Making Classics

Can you see yourself at 50 willingly listening to a Soulja Boy song? I hope not.

They don’t make ’em like they used to – music, that is.  I grew up sitting in the backseat of my mother’s Buick singing along to The O’Jays, The Delfonics, and Earth, Wind, and Fire – all which currently reside on my ipod.

I’ve always wondered if there was an exact formula to determine how much time must go by in order for something to be considered an ‘oldie’. I wondered what those oldies might be. Will I want to listen to 50 Cent or Spice Girls twenty years down the line? (The answer is only “In Da Club” and yes, any Spice Girls song.)

However, I can’t help but grimace when I hear the music that my 14 year old sister listens to – Justin Bieber, Big Time Rush, or…well, I can’t even think of a third act, which proves how forgettable they all are. Today’s musicians are more caught up with catchy beats and superficial lyrics. Everyone was in an uproar over Rebecca Black’s simple minded lyrics, but this trend has been going on for years.

The quality of songwriting has decreased tremendously and music lovers are the ones who suffer. Music artists should strive to be memorable and create songs that are not only catchy, but meaningful as well.

All hope is not lost, though. Artists like Aloe Blacc and Miguel seem to still know the value of selecting crafted songs.

We’re all entitled to listen to a song with uninspired lyrics for the sole purpose of enjoying the rhythm, but for musicians, this should never be the norm.  Anyone can be a one hit wonder, but isn’t it worth more to be remembered 50 years later?

About Lisa

As editor for the Weissman Center, Lisa received her Bachelor of Arts in Journalism and Creative Writing from Baruch College in June 2011. She co-founded the school's sole creative writing club, Writers' Society in 2010. When not working on the blog, Lisa explores interest in local reporting. She has interned at Bronxnet, the New York Daily News, and the L Magazine.
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5 Responses to Making Classics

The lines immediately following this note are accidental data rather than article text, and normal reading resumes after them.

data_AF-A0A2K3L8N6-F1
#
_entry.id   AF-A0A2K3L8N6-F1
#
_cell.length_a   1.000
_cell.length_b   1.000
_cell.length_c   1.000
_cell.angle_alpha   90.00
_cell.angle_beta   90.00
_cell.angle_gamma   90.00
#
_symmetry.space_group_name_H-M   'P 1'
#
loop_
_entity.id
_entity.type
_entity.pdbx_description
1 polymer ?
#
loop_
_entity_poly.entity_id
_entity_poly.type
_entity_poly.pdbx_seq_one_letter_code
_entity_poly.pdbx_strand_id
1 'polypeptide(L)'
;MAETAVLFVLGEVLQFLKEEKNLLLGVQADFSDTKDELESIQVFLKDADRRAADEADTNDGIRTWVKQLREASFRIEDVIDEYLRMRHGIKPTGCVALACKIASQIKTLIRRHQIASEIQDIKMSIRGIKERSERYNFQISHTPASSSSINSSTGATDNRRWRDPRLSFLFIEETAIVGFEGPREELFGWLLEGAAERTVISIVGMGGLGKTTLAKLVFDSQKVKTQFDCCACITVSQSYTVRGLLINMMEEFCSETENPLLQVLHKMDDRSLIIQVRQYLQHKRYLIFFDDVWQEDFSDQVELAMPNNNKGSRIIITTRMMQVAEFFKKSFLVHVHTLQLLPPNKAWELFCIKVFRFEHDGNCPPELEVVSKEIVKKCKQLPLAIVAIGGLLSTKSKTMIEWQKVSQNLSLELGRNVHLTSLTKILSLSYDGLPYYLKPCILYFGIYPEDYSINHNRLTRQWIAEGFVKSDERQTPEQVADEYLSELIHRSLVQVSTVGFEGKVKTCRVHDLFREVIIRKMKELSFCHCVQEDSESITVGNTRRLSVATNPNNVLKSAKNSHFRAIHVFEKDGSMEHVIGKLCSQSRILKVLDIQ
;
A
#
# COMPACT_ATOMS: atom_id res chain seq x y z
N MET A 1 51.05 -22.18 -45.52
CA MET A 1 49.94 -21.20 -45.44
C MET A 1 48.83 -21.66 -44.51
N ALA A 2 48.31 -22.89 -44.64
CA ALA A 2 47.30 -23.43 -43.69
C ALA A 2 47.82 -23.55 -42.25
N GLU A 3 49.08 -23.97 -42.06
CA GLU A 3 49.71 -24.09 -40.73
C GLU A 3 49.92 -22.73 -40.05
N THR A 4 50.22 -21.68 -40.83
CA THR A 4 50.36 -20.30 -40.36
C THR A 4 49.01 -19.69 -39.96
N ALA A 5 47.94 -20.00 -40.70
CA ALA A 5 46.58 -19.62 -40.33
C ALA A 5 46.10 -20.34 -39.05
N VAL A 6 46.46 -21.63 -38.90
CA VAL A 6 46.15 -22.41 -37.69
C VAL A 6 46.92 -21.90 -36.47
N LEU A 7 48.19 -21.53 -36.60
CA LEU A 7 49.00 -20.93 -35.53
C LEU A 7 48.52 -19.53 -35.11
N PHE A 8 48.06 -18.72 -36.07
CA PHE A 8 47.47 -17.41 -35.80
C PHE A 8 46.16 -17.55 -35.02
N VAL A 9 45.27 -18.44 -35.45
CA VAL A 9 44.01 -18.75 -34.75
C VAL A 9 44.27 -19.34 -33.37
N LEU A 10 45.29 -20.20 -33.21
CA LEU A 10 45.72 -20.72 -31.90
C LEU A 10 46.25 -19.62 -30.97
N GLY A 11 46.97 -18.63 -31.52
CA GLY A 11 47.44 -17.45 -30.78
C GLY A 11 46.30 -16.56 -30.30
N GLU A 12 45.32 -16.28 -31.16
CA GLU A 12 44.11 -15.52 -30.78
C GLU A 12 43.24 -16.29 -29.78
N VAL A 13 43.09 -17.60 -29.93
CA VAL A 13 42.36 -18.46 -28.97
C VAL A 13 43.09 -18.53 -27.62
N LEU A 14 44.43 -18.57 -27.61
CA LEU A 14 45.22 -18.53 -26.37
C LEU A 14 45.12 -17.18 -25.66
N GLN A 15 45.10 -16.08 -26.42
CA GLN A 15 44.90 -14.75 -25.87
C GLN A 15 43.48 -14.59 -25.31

1. tr103625 says:

    I completely agree! That is the reason why I listen to oldies. Music today is so meaningless and uninspiring, a lot of the time I find myself asking, “what was the point of that song?”

  2. ying says:

    My god, I love Aloe Blacc!

    I totally agree with you. So many new mainstream songs are just plain BAD. What happened to good music?

  3. Sabrina says:

    Great argument, Lisa.

    You know, you don’t even have to go so far back to the 50s. I was considering ranting about the good old days of MTV when the network knew what those letters actually stood for back in the 80s and 90s. At least we could rate music better in those recent days and not everything forced its way to getting 15 min of fame.

  4. I love your post; my thoughts exactly! Most of the music on my mp3 player is oldies and underground/indie music. I feel as if the classic songs of our generation and the next generation are being made by mostly independent artists and are not receiving the attention they deserve. Also, I think part of the reason this has happened is because some singers began writing their own music instead of having professional songwriters (like Diane Warren) write for them, which is cheaper. And Aloe Blacc is one of my faves now!

  5. Baruch Obama says:

    Use of humor in the opening really shows your voice.

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